Harnessing Rivers in Pakistan with Micro Hydropower
A little dam goes a long way, and wins a 2015 Ashden Award for Sarhad Rural Support Programme. Visit the Ashden website (http://ashden.org) to learn more. This video is part of the This Planet video series – see them all at This Planet (http://thisplanet.tv).
Today, we take a look at the work of the Sarhad Rural Support Program (SRSP), a Pakistani NGO dedicated to “community empowerment and economic and livelihood development” in Khyber Pakhtunkhwa and parts of the Federally Administered Tribal Areas (FATA). SRSP is a 2015 Ashden Award recipient for its work bringing electricity via micro hydropower to residents in the Kalash Valley, in Chitral, Pakistan. The Ashden Awards are presented at a gala event in London and showcase sustainable energy trailblazers in the UK and the developing world.
“We used to burn diyar wood, candles and lanterns to get light,” said Kalash Valley resident Hazrat Gul. “[Then] SRSP came here and held meetings with us. They told us that micro hydro systems could be built here.”
According to the US Department of Energy:
If you have water flowing through your property, you might consider building a small hydropower system to generate electricity. Micro hydropower systems usually generate up to 100 kilowatts of electricity. Most of the hydropower systems used by homeowners and small business owners, including farmers and ranchers, would qualify as micro hydropower systems. But a 10-kilowatt micro hydropower system generally can provide enough power for a large home, a small resort, or a hobby farm. A micro hydropower system needs a turbine, pump, or waterwheel to transform the energy of flowing water into rotational energy, which is converted into electricity.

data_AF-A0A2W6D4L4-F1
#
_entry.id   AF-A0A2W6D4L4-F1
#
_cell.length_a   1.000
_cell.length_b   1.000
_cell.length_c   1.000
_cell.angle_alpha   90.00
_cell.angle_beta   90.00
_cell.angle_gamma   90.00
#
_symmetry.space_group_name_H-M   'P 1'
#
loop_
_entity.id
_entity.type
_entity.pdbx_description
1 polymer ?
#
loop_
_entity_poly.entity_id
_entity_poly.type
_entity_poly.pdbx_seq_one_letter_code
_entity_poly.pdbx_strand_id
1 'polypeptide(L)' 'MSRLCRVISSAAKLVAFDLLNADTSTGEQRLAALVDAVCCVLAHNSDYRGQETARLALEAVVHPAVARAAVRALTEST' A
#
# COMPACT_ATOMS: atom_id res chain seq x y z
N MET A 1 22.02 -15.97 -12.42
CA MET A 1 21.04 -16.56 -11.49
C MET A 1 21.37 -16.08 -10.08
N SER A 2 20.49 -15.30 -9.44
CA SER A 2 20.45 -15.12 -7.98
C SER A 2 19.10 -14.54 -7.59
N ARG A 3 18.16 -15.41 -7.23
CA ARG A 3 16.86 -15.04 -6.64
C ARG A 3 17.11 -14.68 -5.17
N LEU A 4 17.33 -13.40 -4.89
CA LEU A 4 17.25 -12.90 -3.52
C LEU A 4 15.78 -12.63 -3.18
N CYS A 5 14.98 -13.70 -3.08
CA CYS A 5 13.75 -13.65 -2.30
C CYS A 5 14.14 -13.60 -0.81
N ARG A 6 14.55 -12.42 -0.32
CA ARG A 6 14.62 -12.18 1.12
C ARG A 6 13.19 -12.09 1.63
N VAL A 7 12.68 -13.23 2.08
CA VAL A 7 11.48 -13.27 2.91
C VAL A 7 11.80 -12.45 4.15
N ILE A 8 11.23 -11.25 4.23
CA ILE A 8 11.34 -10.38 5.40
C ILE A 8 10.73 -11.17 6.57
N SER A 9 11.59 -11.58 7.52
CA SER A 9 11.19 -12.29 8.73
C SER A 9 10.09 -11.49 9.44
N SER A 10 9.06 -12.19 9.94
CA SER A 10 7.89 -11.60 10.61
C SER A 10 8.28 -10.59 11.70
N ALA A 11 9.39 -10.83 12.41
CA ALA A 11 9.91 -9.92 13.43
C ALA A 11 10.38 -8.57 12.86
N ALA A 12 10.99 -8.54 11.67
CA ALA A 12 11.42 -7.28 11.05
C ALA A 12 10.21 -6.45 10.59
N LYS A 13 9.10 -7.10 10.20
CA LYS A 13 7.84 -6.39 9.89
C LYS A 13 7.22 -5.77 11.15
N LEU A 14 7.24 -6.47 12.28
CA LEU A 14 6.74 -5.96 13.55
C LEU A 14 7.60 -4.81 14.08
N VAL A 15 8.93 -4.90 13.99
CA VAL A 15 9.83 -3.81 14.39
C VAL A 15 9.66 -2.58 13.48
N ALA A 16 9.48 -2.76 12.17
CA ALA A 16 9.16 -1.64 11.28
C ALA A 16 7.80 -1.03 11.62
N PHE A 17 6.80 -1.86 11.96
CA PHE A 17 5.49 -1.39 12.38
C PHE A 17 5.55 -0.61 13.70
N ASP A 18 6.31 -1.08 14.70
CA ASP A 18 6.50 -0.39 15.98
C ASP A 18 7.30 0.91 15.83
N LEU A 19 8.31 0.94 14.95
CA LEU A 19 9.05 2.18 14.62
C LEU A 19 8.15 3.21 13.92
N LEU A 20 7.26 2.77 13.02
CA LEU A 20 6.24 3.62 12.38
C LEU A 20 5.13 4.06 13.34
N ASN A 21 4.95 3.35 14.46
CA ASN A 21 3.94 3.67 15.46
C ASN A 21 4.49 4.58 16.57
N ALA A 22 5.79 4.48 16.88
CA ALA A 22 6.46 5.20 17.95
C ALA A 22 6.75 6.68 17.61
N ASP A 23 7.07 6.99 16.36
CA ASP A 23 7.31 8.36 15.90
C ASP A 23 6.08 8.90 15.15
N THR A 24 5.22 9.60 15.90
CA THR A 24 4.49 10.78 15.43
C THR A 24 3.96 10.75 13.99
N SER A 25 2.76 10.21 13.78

Micro hydropower offered immediate and life-changing impact for Kalash Valley residents.
“Since SRSP brought us electricity, we’ve used appliances in our homes. We benefit from kitchen appliances [like] washing machines, television, freezers” and more, said Gul. “Because we have refrigerators, vaccines are kept safe 24 hours a day and children are immunized.”
In addition to health and quality of life improvements, electricity has bolstered education and the local economy.
“We go to a computer center for learning. Small businesses have started up that rely on electricity,” said Gul.
Electricity has also brought home people who left to find better opportunities elsewhere, mostly in big cities like Islamabad and Peshawar.
“Today mobiles can be charged, and they have access to the Internet,” said Gul. “When all their needs are met at home, why would they leave the village? So now people are moving back.”